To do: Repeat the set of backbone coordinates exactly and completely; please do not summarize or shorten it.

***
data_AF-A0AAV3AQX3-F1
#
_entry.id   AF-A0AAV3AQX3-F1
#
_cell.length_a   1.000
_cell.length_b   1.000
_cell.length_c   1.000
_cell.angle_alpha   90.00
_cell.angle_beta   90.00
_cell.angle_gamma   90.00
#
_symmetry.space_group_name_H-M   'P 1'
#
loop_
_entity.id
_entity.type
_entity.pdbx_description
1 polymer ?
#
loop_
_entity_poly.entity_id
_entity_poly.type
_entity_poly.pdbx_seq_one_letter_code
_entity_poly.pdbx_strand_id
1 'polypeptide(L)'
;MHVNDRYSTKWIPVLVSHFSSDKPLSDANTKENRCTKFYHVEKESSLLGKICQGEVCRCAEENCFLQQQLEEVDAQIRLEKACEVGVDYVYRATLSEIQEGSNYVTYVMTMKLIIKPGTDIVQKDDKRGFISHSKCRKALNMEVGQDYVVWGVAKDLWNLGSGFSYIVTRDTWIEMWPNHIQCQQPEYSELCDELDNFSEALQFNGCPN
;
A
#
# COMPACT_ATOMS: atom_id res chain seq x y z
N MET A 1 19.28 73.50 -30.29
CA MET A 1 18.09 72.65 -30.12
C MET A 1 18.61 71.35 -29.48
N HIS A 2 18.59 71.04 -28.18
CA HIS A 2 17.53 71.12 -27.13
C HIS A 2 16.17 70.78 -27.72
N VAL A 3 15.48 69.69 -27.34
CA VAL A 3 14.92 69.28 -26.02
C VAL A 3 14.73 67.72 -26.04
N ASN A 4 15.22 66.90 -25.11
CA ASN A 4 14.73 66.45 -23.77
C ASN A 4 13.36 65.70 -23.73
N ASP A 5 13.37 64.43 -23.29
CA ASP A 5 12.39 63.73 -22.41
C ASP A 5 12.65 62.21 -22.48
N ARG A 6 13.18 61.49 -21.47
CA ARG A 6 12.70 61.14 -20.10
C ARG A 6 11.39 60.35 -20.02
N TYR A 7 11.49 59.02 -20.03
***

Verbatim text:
data_AF-A0AAV3AQX3-F1
#
_entry.id   AF-A0AAV3AQX3-F1
#
_cell.length_a   1.000
_cell.length_b   1.000
_cell.length_c   1.000
_cell.angle_alpha   90.00
_cell.angle_beta   90.00
_cell.angle_gamma   90.00
#
_symmetry.space_group_name_H-M   'P 1'
#
loop_
_entity.id
_entity.type
_entity.pdbx_description
1 polymer ?
#
loop_
_entity_poly.entity_id
_entity_poly.type
_entity_poly.pdbx_seq_one_letter_code
_entity_poly.pdbx_strand_id
1 'polypeptide(L)'
;MHVNDRYSTKWIPVLVSHFSSDKPLSDANTKENRCTKFYHVEKESSLLGKICQGEVCRCAEENCFLQQQLEEVDAQIRLEKACEVGVDYVYRATLSEIQEGSNYVTYVMTMKLIIKPGTDIVQKDDKRGFISHSKCRKALNMEVGQDYVVWGVAKDLWNLGSGFSYIVTRDTWIEMWPNHIQCQQPEYSELCDELDNFSEALQFNGCPN
;
A
#
# COMPACT_ATOMS: atom_id res chain seq x y z
N MET A 1 19.28 73.50 -30.29
CA MET A 1 18.09 72.65 -30.12
C MET A 1 18.61 71.35 -29.48
N HIS A 2 18.59 71.04 -28.18
CA HIS A 2 17.53 71.12 -27.13
C HIS A 2 16.17 70.78 -27.72
N VAL A 3 15.48 69.69 -27.34
CA VAL A 3 14.92 69.28 -26.02
C VAL A 3 14.73 67.72 -26.04
N ASN A 4 15.22 66.90 -25.11
CA ASN A 4 14.73 66.45 -23.77
C ASN A 4 13.36 65.70 -23.73
N ASP A 5 13.37 64.43 -23.29
CA ASP A 5 12.39 63.73 -22.41
C ASP A 5 12.65 62.21 -22.48
N ARG A 6 13.18 61.49 -21.47
CA ARG A 6 12.70 61.14 -20.10
C ARG A 6 11.39 60.35 -20.02
N TYR A 7 11.49 59.02 -20.03